Carolinas Conquered, Can Saints Seize South?
by Mark Macyk | LaxMagazine.com
Raquel Prager, pictured here in Limestone's Conference Carolinas semifinal victory over Queens, would go on to score six goals in the Saints' championship game triumph of Pfeiffer.
After weeks of eking close victories, the No. 3 Limestone women's lacrosse team could finally relax. The Saints won their fourth consecutive Conference Carolinas tournament Sunday, taking down No. 15 Pfeiffer 15-5 in the championship game in Charlotte, N.C.
The end was far less nerve-wracking than the regular season meeting, when the host Saints survived a scare before winning 7-6.
"We put the whole thing together on Sunday," said Limestone coach Scott Tucker. "A full 60-minute game, which we hadn't had since West Chester."
West Chester being Limestone's signature victory, a 16-10 win over the defending South Region champs in Salem, Va., 38 days before the conference championship. The Saints stayed undefeated in between, but certainly made things interesting with tight wins over New Haven, Merrimack, Pfeiffer, Queens, Belmont Abbey and then Queens again, 10-8 in the CC semifinals Saturday.
In the semifinals, the top-seeded Saints and fourth-seeded Royals were tied at six at the break, but Chelsea Treat scored in the opening minute of the second half to give Limestone the lead for good. A defensive struggle ensued, Rashelle McLellan made nine of her 12 saves in the second half, and the Saints held on.
"Our goaltending was exceptional," Tucker said. "I don't know where we'd be if [McLellan] hadn't been playing as well as she has."
Limestone kept rolling the next day against Pfeiffer, extending a 5-2 halftime lead to the 10-point final margin behind Raquel Prager, who scored four of her game-high six goals after the break, and Jessica Aguanno, who scored all three of her goals in the second half.
"We did a lot of [isolated] offense the first time against them," Tucker said. "We didn't look to those second and third options. The offense is starting to look for those."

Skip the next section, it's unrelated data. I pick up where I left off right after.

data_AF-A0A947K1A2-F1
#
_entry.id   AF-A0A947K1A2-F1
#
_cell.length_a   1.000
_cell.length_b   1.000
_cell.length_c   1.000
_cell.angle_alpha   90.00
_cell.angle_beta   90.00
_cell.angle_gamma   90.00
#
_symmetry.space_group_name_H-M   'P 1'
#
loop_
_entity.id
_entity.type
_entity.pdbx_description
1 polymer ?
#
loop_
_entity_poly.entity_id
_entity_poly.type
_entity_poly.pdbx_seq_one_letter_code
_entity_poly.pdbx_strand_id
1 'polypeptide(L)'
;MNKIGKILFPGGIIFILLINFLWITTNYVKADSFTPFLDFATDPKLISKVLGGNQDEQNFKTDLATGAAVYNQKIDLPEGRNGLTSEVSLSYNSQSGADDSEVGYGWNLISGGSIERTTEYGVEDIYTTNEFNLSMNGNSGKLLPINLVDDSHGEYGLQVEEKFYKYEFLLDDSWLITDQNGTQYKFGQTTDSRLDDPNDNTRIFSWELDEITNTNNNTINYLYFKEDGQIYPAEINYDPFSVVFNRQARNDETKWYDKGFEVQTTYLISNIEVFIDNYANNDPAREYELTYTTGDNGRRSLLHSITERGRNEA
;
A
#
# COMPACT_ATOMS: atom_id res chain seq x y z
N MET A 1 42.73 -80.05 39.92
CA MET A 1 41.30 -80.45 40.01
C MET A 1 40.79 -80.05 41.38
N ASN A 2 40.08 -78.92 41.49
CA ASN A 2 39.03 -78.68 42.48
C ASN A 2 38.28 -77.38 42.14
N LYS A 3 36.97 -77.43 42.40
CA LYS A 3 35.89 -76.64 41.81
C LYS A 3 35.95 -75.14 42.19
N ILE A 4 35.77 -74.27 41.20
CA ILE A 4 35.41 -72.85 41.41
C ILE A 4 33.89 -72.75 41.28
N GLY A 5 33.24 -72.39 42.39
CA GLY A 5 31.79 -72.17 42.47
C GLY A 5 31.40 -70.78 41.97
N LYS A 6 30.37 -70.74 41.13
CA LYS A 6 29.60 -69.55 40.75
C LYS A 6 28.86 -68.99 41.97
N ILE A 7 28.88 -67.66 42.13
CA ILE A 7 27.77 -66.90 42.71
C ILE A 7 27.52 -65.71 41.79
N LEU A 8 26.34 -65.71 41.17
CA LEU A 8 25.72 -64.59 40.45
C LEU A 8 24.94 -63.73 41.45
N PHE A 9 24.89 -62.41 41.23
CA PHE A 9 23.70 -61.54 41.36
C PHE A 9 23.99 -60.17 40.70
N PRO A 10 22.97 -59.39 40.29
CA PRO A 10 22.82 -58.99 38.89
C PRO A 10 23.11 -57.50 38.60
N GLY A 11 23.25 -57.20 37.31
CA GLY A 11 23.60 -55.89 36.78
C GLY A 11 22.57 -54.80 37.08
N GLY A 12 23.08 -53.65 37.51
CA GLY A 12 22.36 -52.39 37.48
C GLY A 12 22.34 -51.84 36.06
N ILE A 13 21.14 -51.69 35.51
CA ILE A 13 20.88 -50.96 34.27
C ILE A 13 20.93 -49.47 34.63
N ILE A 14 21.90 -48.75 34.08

McLellan finished with nine saves as Erin Growney, Melissa Nakasuji and the Saints' defense held Pfeiffer to five shots in the second half.
Limestone's complete game couldn't have come at a better time. The Saints may have wrapped up their fourth straight conference tournament, and eighth straight regular season title. But the elusive prize, that first NCAA championship, still remains.
Saturday's trip to No. 4 Lock Haven (13-1) should help show whether that is attainable.
Lock Haven beat Limestone by one goal last season and in the 2009 playoffs; Limestone beat Lock Haven by one in the 2009 regular season.
"I don't think we've had many games against them that were by more that one or two goals," Tucker said. "It's been a big game for us the past couple of years."
No. 6 West Chester (12-2), the only other team to beat Limestone in the past two seasons, spoiled what was shaping up to be a battle of the South region's last two unbeatens. Lock Haven fell at home to West Chester, which eliminated Limestone by one-goal in the 2009 NCAA tournament, 13-12 on Friday. Still the top seed, and the first round bye in the NCAA tournament that comes with it, could be on the line.
After Lock Haven, Limestone gears up for the postseason with games at Lenoir-Rhyne (6-8) and at home against No. 9 Rollins (11-3). The Saints appear to be a postseason lock, but they won't take the rest of their schedule lightly. Stranger things have happened.
"At this point we go into Lock Haven thinking this is our NCAA quarterfinal game," Tucker said. "We're excited, but the big thing is the season's not over. We have a couple of really competitive teams that will make a direct impact on the standings. We're taking every game from here on out as if its the conference championship."
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